SWC’s are like SWF’s in that incorporates all your compiled ActionScript, CSS, assets. They are a lot like a zip or rar to keep a folder of things together. They differ from a SWF in that they are meant for compile time use, Flash or Flex can use the contents inside a SWC without having to have the original source files.
It uses many SWC’s behind the scene that correspond to what Flash player target you’ve requested. Like playerglobal.swc, contains all the interfaces to the functions built in to the player, flex.swc has all the flex related code you link against when you import anything from mx.
Why need to use SWC?
Everybody needs to have those files. The team needs it when working with you on shared code, but probably don’t want or can’t deal with source control to get them, or maybe they shouldn’t have access to your code at all, just be able to use it. Like if you’re just hired a contractor to help out do the animations on that game, they just want enough to be getting it to build, and very well may have no clue about SVN/CVS. A single zip of only what’s needed locked in time is best, and that’s what a SWC can be.
Two types of way to create a SWC Libraries
1. Generating through Flash CS3 and CS4
Here are the steps to generate a partial package SWC:
Create an FLA to make a SWC and generate a full SWC of the entire package you wish to generate as a SWC. Don’t worry about file size or excess files, this file are for reference.
Take the SWC and place it next to that same FLA (CS3) or in publish setting specify the SWC as an external library (CS4). Now, go back to your class package. Save a backup copy first, and then in the package folder, erase all of the classes you’d like to EXCLUDE from the SWC library.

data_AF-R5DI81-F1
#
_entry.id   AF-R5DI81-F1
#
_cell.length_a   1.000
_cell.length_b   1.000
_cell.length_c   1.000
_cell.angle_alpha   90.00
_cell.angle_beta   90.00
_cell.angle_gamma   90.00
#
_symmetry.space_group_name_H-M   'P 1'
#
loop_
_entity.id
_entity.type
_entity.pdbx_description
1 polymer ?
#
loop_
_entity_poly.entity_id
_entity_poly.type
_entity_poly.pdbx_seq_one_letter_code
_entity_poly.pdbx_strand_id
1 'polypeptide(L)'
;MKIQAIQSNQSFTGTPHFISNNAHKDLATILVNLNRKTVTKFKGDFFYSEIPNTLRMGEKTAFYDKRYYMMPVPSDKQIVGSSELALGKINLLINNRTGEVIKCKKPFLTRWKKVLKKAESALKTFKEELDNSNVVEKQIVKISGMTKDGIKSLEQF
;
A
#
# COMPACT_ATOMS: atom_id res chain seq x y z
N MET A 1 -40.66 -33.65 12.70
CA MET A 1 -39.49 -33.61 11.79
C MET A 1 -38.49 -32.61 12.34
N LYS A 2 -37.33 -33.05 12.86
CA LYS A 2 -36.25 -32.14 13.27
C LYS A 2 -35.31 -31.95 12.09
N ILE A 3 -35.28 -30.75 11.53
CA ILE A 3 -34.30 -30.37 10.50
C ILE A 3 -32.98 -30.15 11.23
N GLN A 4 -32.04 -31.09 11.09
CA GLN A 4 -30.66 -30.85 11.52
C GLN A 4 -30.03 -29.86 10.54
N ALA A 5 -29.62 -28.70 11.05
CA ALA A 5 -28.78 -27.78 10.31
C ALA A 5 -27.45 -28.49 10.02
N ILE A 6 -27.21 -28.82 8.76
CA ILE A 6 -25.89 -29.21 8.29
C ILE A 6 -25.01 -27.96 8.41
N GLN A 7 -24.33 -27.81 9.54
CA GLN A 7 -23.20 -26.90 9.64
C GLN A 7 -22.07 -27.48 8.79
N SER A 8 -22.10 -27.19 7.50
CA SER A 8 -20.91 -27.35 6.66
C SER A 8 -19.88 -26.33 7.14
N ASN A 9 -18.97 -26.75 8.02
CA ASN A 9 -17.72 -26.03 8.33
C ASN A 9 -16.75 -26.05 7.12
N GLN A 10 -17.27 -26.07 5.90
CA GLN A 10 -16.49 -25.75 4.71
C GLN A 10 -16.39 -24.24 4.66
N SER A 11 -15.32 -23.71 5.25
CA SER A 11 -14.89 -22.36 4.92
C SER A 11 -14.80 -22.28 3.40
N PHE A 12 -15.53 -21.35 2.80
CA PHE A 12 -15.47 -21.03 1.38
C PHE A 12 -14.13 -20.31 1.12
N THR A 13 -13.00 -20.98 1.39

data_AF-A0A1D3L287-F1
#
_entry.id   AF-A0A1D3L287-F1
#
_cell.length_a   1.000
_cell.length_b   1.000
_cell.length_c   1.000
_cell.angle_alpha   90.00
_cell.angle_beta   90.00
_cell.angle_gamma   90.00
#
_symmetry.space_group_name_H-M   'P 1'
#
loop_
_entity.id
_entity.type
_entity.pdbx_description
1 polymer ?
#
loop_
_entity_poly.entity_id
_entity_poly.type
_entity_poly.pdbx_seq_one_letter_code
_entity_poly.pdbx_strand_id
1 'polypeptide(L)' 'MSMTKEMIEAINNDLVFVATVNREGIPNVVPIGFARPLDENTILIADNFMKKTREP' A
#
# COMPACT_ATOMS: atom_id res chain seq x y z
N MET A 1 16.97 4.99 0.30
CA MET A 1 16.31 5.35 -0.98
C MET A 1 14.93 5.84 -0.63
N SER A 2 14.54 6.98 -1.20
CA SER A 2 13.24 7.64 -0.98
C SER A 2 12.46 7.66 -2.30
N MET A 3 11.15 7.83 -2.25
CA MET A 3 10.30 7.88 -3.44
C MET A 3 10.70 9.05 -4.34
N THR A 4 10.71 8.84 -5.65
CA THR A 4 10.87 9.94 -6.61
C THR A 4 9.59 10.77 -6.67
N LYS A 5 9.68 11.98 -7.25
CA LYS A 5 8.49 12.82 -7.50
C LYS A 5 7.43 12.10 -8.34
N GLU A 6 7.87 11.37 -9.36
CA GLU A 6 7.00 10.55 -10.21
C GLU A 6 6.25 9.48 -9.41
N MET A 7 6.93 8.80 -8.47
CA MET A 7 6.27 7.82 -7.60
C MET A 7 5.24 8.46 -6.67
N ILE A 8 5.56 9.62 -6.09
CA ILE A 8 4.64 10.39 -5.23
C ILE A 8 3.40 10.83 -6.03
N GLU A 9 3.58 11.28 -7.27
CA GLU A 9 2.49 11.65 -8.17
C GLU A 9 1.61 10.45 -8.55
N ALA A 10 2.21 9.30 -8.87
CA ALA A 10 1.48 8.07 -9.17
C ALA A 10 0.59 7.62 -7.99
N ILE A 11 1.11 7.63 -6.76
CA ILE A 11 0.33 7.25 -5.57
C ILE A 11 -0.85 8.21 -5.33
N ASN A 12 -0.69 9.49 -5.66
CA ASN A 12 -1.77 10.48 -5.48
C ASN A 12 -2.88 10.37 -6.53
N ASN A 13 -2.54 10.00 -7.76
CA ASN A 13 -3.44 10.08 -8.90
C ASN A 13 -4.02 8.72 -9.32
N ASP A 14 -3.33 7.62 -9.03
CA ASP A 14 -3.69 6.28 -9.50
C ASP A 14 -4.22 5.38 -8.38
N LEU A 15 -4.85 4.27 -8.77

Generate another SWC (give it a different name). If you did this right, this new SWC will only contain the classes you have left in the package folder. Since the Flash compiler prioritizes class path over SWC files, the compiler found the source for those files in the right place, so it placed them in the new SWC. When it got to one it couldn’t find, it then searched your external library SWC’s, in this case the one holding the whole package and said ‘yes, here it is, it compiles. Since it is an external library though, it doesn’t pull the class into the new SWC. As result, a partial package SWC and SWF library, containing only the .as files you explicitly wanted contained inside.
2. Using Flash Builder
1. Select File > New > Flex Library Project.
2. Enter a Project name, and then specify the following:
The default location is the current workspace.
On Windows platforms, the default workspace location is C:\Documents and Settings\Flex Developer\Adobe Flash Builder\.
On the Macintosh, the default workspace location is /Users/Flex Developer/Adobe Flash Builder/. You can choose a different project location by deselecting the Use Default Location option.
Flex SDK Version
Choose default or specific. You can also click the Configure SDKs link to add, edit, or remove SDKs on the main Preferences page.
Include Adobe AIR libraries
Select this option if your library must use AIR features, such as access to the AIR APIs. Flash Builder then changes the library path of this new Flex Library project so that it includes airglobal.swc and airframework.swc. Web-based Flex projects cannot use this library.
Do not select this option if you are writing a generic library intended to be used only in a web-based Flex application, or in either a web-based or AIR-based application.
3. Click Next.
4. (Optional) Set the build path information. For example, you can add folders to the project’s source path that contains the components to include in the SWC file. You can also add other projects, folder, or library SWC files to include in your library project. See Using SWC files in your projects.
5. When you finish entering the project settings, click Finish.